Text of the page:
Moon and Aldebaran

Moon and Aldebaran

The face of Taurus, the bull, is doomed. The V-shaped face is outlined by a star cluster known as the Hyades. But the cluster is falling apart.

The Hyades is the closest major big cluster to the Sun — about 150 light-years away. All of its stars were born about 650 million years ago, from a giant cloud of gas and dust. Today, the stars all move through space together, as a single unit. But the cluster is less impressive today than it was in the past.

A recent study looked at observations of stars in and around the Hyades by Gaia, a space telescope. It’s measuring the positions and motions of a billion stars. It revealed 500 members of the cluster itself. But it also revealed two “tails” of stars near the cluster — one ahead of it, and the other behind. Together, they contain more than 500 stars.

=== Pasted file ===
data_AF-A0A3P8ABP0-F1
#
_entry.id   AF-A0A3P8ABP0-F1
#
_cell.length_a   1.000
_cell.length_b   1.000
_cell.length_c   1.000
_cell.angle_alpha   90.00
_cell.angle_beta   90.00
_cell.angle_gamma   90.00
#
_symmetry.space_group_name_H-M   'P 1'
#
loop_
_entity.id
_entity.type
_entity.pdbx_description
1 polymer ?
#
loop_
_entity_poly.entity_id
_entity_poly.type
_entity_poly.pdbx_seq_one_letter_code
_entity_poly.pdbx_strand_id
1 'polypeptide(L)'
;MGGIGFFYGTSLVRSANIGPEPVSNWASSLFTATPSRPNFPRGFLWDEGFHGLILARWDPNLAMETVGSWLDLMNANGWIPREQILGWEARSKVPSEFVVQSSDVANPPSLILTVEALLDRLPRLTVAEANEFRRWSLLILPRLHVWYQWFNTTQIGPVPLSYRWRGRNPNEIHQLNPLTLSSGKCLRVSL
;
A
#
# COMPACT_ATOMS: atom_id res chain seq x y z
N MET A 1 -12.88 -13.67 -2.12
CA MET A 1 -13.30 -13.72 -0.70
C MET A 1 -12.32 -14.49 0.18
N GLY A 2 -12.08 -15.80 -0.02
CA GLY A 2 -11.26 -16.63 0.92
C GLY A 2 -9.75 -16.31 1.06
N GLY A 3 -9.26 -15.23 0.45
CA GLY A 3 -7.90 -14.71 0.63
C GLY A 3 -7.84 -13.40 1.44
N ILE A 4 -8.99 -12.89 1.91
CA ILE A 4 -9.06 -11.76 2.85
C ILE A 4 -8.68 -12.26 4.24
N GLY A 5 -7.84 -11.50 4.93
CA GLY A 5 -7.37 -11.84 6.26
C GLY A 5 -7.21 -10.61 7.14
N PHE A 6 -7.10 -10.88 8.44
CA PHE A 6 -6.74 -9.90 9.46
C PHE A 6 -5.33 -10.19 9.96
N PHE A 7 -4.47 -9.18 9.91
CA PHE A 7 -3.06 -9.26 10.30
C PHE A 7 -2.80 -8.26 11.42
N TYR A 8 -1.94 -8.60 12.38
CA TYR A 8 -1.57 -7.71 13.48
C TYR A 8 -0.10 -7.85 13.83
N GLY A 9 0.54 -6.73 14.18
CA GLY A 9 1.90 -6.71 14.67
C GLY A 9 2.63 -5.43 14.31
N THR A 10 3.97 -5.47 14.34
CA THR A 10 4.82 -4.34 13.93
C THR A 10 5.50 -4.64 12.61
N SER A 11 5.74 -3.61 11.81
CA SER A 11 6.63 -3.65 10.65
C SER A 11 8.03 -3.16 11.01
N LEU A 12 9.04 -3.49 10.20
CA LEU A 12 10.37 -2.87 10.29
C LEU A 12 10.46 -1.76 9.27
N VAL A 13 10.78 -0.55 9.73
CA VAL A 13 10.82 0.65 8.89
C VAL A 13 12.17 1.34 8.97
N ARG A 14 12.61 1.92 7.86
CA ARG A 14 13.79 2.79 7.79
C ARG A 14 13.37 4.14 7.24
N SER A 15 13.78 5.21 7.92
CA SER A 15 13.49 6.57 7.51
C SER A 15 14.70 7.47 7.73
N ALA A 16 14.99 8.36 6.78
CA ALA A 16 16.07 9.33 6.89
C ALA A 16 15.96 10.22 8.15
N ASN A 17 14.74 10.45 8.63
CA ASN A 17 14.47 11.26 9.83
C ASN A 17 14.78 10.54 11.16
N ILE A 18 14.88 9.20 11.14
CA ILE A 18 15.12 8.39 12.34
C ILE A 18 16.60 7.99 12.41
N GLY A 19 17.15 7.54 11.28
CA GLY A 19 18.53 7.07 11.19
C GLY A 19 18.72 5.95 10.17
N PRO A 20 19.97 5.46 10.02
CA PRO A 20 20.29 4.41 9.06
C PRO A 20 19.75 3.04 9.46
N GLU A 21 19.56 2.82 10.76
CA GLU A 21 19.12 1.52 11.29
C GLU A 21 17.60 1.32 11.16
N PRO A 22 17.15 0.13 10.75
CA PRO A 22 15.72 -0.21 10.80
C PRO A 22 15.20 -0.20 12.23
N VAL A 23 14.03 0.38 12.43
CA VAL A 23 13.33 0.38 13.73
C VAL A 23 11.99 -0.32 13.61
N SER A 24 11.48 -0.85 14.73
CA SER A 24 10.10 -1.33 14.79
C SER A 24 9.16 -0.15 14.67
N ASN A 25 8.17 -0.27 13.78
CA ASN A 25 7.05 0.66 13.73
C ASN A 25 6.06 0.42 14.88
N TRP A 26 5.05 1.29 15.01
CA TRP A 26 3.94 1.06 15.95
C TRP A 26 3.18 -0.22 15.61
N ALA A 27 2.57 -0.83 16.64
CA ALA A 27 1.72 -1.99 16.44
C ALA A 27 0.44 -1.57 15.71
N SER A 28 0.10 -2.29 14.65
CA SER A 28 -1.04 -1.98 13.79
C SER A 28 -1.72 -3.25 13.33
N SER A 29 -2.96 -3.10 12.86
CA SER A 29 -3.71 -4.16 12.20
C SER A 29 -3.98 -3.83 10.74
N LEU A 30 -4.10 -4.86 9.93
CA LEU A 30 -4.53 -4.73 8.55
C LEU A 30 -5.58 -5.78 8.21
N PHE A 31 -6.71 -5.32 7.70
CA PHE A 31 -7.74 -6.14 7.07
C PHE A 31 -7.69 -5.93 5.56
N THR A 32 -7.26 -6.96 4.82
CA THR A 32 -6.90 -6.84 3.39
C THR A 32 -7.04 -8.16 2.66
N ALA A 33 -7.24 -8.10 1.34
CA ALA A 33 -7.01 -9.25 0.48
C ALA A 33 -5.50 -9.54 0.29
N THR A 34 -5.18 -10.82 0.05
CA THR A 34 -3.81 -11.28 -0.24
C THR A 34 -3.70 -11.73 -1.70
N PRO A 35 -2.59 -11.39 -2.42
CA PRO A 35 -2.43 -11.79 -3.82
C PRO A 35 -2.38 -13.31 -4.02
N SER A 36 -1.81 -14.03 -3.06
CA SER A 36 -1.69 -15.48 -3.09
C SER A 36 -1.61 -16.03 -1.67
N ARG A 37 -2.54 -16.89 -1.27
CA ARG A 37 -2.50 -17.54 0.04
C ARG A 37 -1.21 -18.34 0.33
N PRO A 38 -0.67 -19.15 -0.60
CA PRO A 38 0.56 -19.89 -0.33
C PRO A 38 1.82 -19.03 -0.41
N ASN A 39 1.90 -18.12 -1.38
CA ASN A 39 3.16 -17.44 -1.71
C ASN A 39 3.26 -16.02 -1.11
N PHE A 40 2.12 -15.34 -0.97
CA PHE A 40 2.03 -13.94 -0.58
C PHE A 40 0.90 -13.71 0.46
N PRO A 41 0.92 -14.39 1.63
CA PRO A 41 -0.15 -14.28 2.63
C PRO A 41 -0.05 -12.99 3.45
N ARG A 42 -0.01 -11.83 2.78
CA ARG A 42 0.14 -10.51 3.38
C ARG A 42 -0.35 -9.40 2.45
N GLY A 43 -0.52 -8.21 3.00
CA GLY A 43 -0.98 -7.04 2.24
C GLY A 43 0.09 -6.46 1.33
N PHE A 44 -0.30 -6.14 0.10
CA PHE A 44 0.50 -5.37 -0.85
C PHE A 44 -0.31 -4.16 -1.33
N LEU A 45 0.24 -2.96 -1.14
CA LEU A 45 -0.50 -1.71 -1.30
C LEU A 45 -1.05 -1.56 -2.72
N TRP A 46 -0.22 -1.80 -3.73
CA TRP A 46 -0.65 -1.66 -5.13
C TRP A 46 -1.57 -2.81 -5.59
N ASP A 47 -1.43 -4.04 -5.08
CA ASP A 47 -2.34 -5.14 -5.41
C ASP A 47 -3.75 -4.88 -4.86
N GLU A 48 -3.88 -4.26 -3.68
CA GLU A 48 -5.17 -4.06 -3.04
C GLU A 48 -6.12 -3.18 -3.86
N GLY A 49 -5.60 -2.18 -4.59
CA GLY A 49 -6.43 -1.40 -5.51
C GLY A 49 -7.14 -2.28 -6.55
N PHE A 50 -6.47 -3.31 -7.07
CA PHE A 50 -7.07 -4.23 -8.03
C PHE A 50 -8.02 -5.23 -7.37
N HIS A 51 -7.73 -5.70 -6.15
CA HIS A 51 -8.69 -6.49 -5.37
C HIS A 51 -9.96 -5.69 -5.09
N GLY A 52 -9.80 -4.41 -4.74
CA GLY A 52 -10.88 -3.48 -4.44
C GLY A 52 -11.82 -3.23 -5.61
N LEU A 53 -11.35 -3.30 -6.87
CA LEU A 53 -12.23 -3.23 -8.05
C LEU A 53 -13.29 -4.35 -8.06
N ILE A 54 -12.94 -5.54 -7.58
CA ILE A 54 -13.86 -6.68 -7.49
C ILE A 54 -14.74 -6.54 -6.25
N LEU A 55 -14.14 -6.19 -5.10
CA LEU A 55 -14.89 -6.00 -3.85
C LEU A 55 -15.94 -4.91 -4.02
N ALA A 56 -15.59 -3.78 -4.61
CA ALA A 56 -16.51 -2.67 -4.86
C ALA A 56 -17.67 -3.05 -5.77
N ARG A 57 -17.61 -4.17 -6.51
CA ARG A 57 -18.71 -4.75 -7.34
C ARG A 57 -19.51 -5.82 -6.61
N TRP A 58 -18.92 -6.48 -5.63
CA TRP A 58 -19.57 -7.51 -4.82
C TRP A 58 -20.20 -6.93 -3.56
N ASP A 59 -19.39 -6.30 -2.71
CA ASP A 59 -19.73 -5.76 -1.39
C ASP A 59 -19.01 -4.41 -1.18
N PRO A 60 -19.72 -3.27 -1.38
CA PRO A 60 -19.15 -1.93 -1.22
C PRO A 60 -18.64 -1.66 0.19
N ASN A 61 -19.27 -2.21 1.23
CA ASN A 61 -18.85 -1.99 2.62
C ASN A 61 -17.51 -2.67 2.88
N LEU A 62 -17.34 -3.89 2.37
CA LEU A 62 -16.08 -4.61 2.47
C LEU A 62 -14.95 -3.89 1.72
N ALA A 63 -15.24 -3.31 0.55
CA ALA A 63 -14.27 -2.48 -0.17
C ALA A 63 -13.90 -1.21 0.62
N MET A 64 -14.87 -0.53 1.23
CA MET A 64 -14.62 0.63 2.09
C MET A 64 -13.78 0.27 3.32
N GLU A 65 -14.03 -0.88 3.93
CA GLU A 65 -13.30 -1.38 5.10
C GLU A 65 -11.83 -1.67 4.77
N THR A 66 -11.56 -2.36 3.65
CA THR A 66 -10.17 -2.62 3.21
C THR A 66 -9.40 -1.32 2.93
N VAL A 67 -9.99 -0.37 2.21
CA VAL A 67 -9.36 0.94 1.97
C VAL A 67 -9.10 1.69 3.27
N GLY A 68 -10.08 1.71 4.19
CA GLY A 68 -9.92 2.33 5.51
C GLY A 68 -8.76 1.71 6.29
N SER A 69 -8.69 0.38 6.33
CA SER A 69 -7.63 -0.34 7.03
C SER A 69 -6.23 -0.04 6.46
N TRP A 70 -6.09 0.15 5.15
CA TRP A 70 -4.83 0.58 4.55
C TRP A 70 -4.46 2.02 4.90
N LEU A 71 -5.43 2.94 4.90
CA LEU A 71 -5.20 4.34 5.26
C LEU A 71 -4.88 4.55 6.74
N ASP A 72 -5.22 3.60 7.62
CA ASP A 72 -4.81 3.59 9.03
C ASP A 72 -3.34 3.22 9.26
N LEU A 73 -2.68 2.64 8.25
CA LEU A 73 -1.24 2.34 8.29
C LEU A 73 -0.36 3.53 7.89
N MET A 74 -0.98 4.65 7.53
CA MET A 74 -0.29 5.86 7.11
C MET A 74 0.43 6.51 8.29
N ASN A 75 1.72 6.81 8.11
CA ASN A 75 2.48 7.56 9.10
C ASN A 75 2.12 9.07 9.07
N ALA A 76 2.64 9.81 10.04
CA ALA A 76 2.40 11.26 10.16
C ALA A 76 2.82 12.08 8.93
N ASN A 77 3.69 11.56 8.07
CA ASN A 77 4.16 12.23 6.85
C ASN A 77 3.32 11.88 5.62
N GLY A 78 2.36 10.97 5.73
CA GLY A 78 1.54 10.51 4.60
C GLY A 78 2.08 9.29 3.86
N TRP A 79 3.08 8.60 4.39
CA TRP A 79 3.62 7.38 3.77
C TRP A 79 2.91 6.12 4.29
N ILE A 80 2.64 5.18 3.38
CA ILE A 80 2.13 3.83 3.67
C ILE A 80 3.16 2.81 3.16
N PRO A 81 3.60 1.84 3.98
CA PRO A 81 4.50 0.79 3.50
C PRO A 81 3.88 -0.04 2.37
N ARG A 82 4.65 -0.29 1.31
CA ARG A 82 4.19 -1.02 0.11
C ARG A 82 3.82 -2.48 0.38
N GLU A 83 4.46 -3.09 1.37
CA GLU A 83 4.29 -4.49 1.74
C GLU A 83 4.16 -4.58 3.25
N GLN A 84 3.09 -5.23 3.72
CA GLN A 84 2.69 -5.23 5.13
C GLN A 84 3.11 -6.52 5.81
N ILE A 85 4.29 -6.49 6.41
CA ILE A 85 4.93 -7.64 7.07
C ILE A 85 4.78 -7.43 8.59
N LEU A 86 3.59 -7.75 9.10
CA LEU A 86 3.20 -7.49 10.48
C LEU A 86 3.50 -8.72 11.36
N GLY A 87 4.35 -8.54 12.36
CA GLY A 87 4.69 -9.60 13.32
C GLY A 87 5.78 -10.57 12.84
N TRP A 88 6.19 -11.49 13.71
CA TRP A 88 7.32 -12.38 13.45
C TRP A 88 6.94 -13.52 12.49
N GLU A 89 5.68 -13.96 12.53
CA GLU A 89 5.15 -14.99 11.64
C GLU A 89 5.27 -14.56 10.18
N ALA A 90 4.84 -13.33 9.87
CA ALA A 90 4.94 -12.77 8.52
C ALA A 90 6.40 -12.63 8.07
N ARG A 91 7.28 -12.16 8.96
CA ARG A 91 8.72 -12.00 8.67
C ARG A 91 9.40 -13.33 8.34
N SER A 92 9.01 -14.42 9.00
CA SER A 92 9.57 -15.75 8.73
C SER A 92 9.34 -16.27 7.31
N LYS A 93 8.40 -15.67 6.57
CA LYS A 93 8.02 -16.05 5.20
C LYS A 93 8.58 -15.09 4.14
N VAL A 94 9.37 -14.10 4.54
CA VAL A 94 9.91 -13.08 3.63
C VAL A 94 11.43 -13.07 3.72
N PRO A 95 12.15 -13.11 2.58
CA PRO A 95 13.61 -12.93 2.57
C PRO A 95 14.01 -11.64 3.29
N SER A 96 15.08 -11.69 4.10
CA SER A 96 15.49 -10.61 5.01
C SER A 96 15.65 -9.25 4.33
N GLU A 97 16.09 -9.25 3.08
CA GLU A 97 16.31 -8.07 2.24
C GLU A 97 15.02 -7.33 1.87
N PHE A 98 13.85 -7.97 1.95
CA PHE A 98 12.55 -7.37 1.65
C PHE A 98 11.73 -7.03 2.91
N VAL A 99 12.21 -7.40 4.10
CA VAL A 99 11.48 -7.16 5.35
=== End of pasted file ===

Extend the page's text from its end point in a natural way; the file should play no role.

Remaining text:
The stars in these tails are about the same age as the stars of the Hyades. They also have the same chemistry, and they move with the same speed and in the same direction as the Hyades. That suggests the stars were members of the cluster in the past. They were kicked out by encounters with other stars, or by the gravitational pull of the rest of the galaxy.

So someday, the entire cluster may be pulled apart — destroying the face of the bull.

Look for the face at dawn tomorrow to the right of the Moon. The bright star close to the Moon is Aldebaran, the bull’s eye. Although it’s at one point of the V, it doesn’t belong to the cluster — it’s on its own.

Script by Damond Benningfield

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